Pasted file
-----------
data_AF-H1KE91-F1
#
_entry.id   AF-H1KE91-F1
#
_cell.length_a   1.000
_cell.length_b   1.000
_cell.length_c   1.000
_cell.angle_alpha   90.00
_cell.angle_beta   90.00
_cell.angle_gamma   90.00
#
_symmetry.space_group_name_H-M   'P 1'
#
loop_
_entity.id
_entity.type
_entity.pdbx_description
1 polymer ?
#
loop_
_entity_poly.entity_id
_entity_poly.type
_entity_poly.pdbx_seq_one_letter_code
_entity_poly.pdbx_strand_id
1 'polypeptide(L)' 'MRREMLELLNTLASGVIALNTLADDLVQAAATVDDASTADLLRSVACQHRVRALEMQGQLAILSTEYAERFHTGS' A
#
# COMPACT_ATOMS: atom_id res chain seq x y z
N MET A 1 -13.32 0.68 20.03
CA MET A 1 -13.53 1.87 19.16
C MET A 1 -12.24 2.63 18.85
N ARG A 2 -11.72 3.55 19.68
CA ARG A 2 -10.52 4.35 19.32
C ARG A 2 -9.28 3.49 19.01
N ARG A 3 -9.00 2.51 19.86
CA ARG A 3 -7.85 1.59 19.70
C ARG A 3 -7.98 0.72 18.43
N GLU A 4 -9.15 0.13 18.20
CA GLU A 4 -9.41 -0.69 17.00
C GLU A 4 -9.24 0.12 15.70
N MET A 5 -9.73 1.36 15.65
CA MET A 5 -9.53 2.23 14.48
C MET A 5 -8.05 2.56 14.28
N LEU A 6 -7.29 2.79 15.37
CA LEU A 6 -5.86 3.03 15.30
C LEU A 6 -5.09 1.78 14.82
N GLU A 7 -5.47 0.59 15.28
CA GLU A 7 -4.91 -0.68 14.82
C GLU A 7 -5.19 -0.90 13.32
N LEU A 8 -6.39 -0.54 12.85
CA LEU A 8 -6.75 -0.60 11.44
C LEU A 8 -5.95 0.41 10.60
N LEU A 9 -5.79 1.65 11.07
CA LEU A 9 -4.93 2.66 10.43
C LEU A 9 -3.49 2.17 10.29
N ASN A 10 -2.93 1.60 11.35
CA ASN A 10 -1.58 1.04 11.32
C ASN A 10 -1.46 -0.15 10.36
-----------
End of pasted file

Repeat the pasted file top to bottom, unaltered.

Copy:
data_AF-H1KE91-F1
#
_entry.id   AF-H1KE91-F1
#
_cell.length_a   1.000
_cell.length_b   1.000
_cell.length_c   1.000
_cell.angle_alpha   90.00
_cell.angle_beta   90.00
_cell.angle_gamma   90.00
#
_symmetry.space_group_name_H-M   'P 1'
#
loop_
_entity.id
_entity.type
_entity.pdbx_description
1 polymer ?
#
loop_
_entity_poly.entity_id
_entity_poly.type
_entity_poly.pdbx_seq_one_letter_code
_entity_poly.pdbx_strand_id
1 'polypeptide(L)' 'MRREMLELLNTLASGVIALNTLADDLVQAAATVDDASTADLLRSVACQHRVRALEMQGQLAILSTEYAERFHTGS' A
#
# COMPACT_ATOMS: atom_id res chain seq x y z
N MET A 1 -13.32 0.68 20.03
CA MET A 1 -13.53 1.87 19.16
C MET A 1 -12.24 2.63 18.85
N ARG A 2 -11.72 3.55 19.68
CA ARG A 2 -10.52 4.35 19.32
C ARG A 2 -9.28 3.49 19.01
N ARG A 3 -9.00 2.51 19.86
CA ARG A 3 -7.85 1.59 19.70
C ARG A 3 -7.98 0.72 18.43
N GLU A 4 -9.15 0.13 18.20
CA GLU A 4 -9.41 -0.69 17.00
C GLU A 4 -9.24 0.12 15.70
N MET A 5 -9.73 1.36 15.65
CA MET A 5 -9.53 2.23 14.48
C MET A 5 -8.05 2.56 14.28
N LEU A 6 -7.29 2.79 15.37
CA LEU A 6 -5.86 3.03 15.30
C LEU A 6 -5.09 1.78 14.82
N GLU A 7 -5.47 0.59 15.28
CA GLU A 7 -4.91 -0.68 14.82
C GLU A 7 -5.19 -0.90 13.32
N LEU A 8 -6.39 -0.54 12.85
CA LEU A 8 -6.75 -0.60 11.44
C LEU A 8 -5.95 0.41 10.60
N LEU A 9 -5.79 1.65 11.07
CA LEU A 9 -4.93 2.66 10.43
C LEU A 9 -3.49 2.17 10.29
N ASN A 10 -2.93 1.60 11.35
CA ASN A 10 -1.58 1.04 11.32
C ASN A 10 -1.46 -0.15 10.36